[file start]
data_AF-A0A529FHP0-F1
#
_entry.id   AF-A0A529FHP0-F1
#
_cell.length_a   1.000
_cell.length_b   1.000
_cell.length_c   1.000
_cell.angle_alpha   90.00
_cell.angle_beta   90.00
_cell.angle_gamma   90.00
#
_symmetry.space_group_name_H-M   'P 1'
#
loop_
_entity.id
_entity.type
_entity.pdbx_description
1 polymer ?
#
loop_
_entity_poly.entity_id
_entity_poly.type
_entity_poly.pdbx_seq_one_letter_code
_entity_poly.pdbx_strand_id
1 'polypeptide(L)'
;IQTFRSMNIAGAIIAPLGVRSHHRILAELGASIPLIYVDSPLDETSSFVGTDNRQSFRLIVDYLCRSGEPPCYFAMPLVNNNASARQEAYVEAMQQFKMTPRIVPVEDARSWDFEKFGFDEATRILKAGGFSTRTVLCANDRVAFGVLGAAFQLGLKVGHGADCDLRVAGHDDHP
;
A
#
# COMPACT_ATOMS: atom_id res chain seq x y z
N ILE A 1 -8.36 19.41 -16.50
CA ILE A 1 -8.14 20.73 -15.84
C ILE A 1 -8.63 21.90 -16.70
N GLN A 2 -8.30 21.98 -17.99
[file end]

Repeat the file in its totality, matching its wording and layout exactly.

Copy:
data_AF-A0A529FHP0-F1
#
_entry.id   AF-A0A529FHP0-F1
#
_cell.length_a   1.000
_cell.length_b   1.000
_cell.length_c   1.000
_cell.angle_alpha   90.00
_cell.angle_beta   90.00
_cell.angle_gamma   90.00
#
_symmetry.space_group_name_H-M   'P 1'
#
loop_
_entity.id
_entity.type
_entity.pdbx_description
1 polymer ?
#
loop_
_entity_poly.entity_id
_entity_poly.type
_entity_poly.pdbx_seq_one_letter_code
_entity_poly.pdbx_strand_id
1 'polypeptide(L)'
;IQTFRSMNIAGAIIAPLGVRSHHRILAELGASIPLIYVDSPLDETSSFVGTDNRQSFRLIVDYLCRSGEPPCYFAMPLVNNNASARQEAYVEAMQQFKMTPRIVPVEDARSWDFEKFGFDEATRILKAGGFSTRTVLCANDRVAFGVLGAAFQLGLKVGHGADCDLRVAGHDDHP
;
A
#
# COMPACT_ATOMS: atom_id res chain seq x y z
N ILE A 1 -8.36 19.41 -16.50
CA ILE A 1 -8.14 20.73 -15.84
C ILE A 1 -8.63 21.90 -16.70
N GLN A 2 -8.30 21.98 -17.99